The Potato tells the story of how a humble vegetable, once regarded as trash food, had as revolutionary an impact on Western history as the railroad or the automobile. Using Ireland, England, France, and the United States as examples, Larry Zuckerman shows how daily life from the 1770s until World War I would have been unrecognizable-perhaps impossible-without the potato, which functioned as fast food, famine insurance, fuel and labor saver, budget stretcher, and bank loan, as well as delicacy. Drawing on personal diaries, contemporaneous newspaper accounts, and other primary sources, this is popular social history at its liveliest and most illuminating.
"To single [the potato] out as the salvation of the world as we know it is, perhaps, a tiny bit overzealous—but not, as this book proves, preposterous."—Jonathan Yardley, The Washington Post
"Thorough and lively . . . .Zuckerman is an excellent storyteller, both conscientious and colloquial . . . The book stimulates and illuminates."—Emily Gordon, Newsday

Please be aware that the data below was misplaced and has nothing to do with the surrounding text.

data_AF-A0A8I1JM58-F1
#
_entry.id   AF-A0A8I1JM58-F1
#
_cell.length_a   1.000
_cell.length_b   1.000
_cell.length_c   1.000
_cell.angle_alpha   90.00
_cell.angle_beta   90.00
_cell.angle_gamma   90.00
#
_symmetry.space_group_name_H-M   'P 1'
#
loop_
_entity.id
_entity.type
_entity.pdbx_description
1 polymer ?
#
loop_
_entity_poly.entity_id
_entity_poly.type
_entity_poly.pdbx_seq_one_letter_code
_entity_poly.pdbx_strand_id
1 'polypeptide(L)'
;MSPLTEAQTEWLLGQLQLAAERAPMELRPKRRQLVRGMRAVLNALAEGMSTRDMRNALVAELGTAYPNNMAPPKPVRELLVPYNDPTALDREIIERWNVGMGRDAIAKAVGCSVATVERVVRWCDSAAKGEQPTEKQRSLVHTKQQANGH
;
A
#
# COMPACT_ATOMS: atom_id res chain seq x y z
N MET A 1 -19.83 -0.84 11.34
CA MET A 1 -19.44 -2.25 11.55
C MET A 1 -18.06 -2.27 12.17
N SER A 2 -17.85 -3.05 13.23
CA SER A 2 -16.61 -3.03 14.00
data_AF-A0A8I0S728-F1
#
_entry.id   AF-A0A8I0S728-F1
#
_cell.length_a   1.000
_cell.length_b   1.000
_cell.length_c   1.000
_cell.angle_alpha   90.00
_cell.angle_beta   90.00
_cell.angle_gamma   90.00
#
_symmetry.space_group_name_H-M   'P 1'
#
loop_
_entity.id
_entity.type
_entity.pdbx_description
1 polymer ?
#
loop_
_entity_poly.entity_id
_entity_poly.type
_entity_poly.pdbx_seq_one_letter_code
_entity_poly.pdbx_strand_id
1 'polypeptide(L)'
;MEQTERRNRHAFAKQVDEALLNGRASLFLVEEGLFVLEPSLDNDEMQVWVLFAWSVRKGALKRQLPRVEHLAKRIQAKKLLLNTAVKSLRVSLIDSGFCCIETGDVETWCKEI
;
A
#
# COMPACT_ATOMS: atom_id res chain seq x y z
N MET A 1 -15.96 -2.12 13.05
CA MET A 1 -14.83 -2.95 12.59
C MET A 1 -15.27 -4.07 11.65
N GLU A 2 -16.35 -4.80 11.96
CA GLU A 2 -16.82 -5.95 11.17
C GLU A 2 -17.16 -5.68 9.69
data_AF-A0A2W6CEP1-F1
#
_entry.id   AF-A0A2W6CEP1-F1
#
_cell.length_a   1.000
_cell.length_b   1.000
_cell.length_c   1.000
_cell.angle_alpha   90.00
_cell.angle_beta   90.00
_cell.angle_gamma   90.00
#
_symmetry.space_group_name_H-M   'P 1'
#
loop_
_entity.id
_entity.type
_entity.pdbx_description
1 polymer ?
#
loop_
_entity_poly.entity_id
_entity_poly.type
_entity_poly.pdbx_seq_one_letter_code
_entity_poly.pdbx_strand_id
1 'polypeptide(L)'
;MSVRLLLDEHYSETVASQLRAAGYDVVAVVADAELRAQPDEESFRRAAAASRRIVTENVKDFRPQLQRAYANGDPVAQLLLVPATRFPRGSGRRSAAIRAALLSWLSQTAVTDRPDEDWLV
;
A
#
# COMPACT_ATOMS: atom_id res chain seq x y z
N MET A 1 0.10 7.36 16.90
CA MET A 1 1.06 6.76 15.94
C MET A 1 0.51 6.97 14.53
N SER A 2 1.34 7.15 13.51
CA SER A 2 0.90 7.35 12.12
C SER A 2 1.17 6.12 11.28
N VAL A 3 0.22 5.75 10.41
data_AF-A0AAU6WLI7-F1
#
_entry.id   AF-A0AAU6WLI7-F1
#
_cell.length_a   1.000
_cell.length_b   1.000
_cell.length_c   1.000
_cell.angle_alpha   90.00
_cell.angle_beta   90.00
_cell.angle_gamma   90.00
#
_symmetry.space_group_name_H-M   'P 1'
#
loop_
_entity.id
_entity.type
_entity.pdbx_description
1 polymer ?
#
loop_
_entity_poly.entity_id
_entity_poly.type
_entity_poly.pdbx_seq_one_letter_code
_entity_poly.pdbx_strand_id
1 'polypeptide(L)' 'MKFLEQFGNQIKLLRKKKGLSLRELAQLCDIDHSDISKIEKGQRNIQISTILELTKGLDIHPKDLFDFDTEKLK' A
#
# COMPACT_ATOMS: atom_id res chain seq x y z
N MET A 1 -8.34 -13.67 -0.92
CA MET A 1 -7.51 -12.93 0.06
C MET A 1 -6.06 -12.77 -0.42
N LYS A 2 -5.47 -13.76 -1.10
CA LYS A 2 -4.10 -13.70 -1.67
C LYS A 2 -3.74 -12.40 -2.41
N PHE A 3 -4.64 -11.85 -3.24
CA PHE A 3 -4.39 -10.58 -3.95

"The story of the potato in Western civilization is part of the history of the table, of living conditions, of social attitudes, and even of views of heredity and degeneration. Zuckerman's exploration of these areas without losing his grip on the tuber is masterful, executed with economy and wit."—Katherine A. Powers, The Boston Sunday Globe
"To mash the several-thousand-year history of the potato into a couple hundred pages and to whip that history into lively and engaging prose is a feat worthy of the subject. The potato matters and I'm glad to know why."—Betty Fussell, author of The Story of Corn
"Zuckerman . . . knows a frightening great deal about potatoes . . . He knows how the darn things sustained the European population boom and helped along the Industrial Revolution . . . [His] exhaustive, fine research pays off big."—Ben Neihart, The Baltimore Sun
Reviews from Goodreads
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